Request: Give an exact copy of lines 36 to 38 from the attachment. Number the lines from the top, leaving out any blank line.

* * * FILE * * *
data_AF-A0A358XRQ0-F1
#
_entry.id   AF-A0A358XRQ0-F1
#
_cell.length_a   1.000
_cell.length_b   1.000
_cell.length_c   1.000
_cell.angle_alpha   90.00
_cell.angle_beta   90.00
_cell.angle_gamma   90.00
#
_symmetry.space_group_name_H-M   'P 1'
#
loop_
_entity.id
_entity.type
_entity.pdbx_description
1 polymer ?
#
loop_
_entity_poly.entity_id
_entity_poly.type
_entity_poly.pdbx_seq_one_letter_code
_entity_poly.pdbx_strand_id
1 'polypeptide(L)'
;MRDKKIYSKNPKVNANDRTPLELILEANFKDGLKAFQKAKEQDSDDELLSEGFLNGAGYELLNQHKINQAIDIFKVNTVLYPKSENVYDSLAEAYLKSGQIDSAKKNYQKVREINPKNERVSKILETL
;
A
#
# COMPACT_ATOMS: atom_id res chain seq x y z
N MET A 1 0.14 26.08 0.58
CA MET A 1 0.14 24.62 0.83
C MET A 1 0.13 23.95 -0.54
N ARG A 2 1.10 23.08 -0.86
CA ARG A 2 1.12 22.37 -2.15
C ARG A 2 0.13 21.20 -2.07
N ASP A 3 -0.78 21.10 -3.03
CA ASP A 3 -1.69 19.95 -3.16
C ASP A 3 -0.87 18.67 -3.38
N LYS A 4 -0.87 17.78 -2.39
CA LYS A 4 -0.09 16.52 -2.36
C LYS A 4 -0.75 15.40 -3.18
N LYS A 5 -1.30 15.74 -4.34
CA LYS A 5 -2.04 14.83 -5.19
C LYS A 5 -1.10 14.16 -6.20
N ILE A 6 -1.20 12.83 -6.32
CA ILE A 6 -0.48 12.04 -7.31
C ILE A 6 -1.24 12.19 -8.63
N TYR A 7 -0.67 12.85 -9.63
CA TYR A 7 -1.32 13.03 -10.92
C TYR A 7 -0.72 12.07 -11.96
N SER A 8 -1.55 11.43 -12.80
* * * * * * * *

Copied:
C ARG A 2 0.13 21.20 -2.07
N ASP A 3 -0.78 21.10 -3.03
CA ASP A 3 -1.69 19.95 -3.16